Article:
“Uptown Saturday Night” is jam-packed with songs of varying flavours and moods, there are a few understated tracks such as ““Killin’ Em Softly” but for the majority of the runtime the songs are strong enough to evoke a response from the listener; this album can make you want to chill out, nod your head, and even get up and dance.
“Say Word” featuring Geechi Suede’s brother Jungle Brown (who should have made a solo album) is one of the stand-out tracks on the album, it has a faster tempo and the key change during the chorus adds to the buoyant mood. “Negro League”, another stand-out track contains a much darker sound with a dirty piano or xylophone sample, not to mention a brilliant flow from Suede. The song also features distinct verses from Bones and Crimewave’s Karachi R.A.W.
“Black Nostaljack aka Come On” is a very 70s sounding song thanks largely to the sample of “Tripping Out” by Curtis Mayfield. This is a great track on its own but with the accompanying music video referencing the TV show “Good Times”, it really made for a heady mix of upbeat 90s Hip-Hop and 70s nostalgia.
“Coolie High” the penultimate track, takes its title from the 1975 Blaxploitation flick of the same name (although the movie is spelled differently as “Cooley High”). The super-soft, mellow sound of this song (which samples Janet Jackson’s “Funny How Time Flies”) takes me right back to 1996 when Yo! MTV Raps used to play this track from “The Great White Hype” Soundtrack before this LP ever existed. It was this song that made everybody yearn for a début album from the Lowa…
“Uptown Saturday Night” ends with the unneeded “Sparkle (Mr. Midnight Mix)” a drum-free remix of the sixth track, in my opinion it would have been better if this album had closed with “Coolie High”, arguably the best track on the LP. This is a little criticism, for the most part “Uptown Saturday Night” contains great track after great track. The best songs for me are “Say Word”, “Negro League”, “Luchini aka This Is It”, “Black Connection”, “Krystal Karrington”, “Black Nostaljack aka Come On” and of course “Coolie High”, but having said that, the other half of the LP contains some very accessible and entertaining music.
Camp Lo is one of the greatest Hip-Hop duos of all time, their flow and delivery is second to none and their suave, unconventional lyrics and throwback sound is very distinctive. Their especial style was theirs alone and yet somehow they were relegated to the underground by an unaccepting and uninformed public. Geechi Suede in particular has one of the best lyrical styles in the business and yet he never gets mentioned when Hip-Hop fans speak of great flows, Sonny Cheeba too has one of the best voices and deliveries in Hip-Hop, the pair were and still are very underrated MCs.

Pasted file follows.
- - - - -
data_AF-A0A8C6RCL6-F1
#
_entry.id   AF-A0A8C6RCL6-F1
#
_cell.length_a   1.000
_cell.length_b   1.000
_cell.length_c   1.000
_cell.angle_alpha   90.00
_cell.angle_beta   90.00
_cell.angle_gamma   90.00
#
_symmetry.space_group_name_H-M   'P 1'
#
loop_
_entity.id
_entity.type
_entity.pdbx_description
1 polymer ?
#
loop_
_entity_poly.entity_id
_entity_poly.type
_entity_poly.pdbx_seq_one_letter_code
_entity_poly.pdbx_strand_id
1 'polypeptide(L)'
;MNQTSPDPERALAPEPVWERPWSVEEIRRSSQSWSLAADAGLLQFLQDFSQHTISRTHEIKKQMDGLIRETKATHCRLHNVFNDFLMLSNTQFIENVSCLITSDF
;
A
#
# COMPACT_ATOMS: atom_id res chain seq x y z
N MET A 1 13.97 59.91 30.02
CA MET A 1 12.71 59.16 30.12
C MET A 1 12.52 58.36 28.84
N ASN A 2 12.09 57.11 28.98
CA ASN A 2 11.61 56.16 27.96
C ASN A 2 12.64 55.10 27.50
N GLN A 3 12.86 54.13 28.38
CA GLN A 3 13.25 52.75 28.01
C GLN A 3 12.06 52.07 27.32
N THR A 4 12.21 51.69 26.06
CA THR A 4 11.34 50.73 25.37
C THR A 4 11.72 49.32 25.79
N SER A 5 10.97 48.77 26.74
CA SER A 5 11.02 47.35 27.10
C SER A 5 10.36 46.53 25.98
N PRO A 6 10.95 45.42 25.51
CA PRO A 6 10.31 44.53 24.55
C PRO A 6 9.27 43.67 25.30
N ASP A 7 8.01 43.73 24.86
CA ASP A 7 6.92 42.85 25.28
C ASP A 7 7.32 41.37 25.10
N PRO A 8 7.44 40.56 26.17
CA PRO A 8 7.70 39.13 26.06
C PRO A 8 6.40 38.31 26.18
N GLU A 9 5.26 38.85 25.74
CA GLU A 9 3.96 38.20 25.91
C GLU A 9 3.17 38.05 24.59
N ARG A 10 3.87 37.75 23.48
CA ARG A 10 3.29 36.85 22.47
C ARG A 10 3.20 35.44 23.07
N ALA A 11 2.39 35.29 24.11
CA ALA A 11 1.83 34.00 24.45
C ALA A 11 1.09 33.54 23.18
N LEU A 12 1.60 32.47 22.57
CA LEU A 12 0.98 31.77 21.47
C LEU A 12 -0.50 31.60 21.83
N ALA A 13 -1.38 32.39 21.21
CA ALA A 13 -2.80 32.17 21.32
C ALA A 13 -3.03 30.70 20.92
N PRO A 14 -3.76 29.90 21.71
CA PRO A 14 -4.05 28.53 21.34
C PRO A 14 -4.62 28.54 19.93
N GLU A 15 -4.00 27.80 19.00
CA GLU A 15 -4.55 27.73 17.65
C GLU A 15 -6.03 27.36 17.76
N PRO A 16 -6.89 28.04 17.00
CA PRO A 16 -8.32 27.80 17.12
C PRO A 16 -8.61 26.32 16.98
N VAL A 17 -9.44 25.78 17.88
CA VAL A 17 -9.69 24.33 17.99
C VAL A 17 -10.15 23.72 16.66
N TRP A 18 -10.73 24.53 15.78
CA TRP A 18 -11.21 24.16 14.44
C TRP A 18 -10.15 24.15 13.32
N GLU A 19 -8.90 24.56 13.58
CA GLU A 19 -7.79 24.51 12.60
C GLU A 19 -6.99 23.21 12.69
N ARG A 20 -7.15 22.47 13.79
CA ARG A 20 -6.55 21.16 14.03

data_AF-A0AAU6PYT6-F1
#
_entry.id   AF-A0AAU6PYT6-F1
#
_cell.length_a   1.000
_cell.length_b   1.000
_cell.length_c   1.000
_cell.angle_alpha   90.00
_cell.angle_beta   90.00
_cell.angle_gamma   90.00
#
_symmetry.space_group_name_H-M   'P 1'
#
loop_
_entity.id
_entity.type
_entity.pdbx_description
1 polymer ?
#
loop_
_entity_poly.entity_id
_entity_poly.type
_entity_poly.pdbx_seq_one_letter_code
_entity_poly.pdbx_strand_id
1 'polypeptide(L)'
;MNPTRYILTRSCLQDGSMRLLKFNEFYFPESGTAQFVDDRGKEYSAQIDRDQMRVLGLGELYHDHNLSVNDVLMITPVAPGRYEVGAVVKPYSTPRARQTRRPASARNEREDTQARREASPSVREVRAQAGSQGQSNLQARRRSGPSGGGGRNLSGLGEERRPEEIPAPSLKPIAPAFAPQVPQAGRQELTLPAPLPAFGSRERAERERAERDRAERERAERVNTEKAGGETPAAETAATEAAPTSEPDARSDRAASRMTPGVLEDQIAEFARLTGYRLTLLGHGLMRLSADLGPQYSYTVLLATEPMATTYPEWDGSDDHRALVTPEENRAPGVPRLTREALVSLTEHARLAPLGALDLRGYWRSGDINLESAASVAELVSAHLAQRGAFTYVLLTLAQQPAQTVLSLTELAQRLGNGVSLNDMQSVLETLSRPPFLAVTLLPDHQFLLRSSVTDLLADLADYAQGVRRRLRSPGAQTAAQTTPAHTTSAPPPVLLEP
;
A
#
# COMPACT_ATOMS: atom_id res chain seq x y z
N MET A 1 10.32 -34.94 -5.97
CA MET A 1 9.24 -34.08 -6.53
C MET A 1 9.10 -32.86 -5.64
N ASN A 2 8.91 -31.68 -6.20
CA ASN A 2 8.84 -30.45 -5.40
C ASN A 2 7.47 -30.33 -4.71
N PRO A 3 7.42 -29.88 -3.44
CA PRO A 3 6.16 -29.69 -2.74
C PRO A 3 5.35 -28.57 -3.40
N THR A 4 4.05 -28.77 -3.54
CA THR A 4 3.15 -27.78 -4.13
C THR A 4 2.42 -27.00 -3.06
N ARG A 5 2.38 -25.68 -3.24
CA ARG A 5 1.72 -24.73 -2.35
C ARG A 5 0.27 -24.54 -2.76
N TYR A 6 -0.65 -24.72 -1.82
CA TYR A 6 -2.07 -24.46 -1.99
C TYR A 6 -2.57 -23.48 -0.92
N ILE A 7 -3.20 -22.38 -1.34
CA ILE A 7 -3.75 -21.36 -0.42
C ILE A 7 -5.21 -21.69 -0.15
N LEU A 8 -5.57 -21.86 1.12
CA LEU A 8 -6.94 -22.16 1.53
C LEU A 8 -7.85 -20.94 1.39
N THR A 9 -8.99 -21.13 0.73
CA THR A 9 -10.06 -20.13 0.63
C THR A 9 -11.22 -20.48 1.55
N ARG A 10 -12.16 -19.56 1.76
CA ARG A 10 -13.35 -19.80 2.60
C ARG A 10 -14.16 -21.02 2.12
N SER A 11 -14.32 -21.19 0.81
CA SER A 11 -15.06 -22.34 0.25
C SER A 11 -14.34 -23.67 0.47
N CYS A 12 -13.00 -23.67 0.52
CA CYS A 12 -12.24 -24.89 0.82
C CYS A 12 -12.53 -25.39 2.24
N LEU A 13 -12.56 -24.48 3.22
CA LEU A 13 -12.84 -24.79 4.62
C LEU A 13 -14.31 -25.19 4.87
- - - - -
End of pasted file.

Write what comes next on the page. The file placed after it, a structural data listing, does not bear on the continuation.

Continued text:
The Lo I have to say still sound better than 99% of the rappers out today and the pair are still releasing satisfying albums such as 2015’s “Ragtime Hightimes”. In comparison to today’s mainstream artists, Camp Lo have far superior skills, in fact when DJ Needles played their song “Luchini” over Bobby Shmurda’s “Hot Nigga” it proved that with contemporary beats Suede and Cheeba outdo all these new under-skilled rappers…
The duo from the Bronx were new and distinctive in 1997, but to me their album sounds just as fresh today as it did in the 90s. With only Trap in the charts and a resurgence of Jazzy Hip-Hop in the underground, it’s nice to listen to something that is neither. “Uptown Saturday Night” was an album that looked to the past but 20 years later it too is part of history, and strangely its two decade old sound which referenced four decade old elements is still enjoyable and holds up in today’s indistinctive musical climate. This is Hip-Hop when it was allowed to be unique and individual, this is Hip-Hop before a fully fledged takeover and commercialisation, this is an album that is both accessible and credible. I recommend this album to everyone, it should be in your music collection regardless of which genre appeals to you, and it’s a must for any fan of Hip-Hop.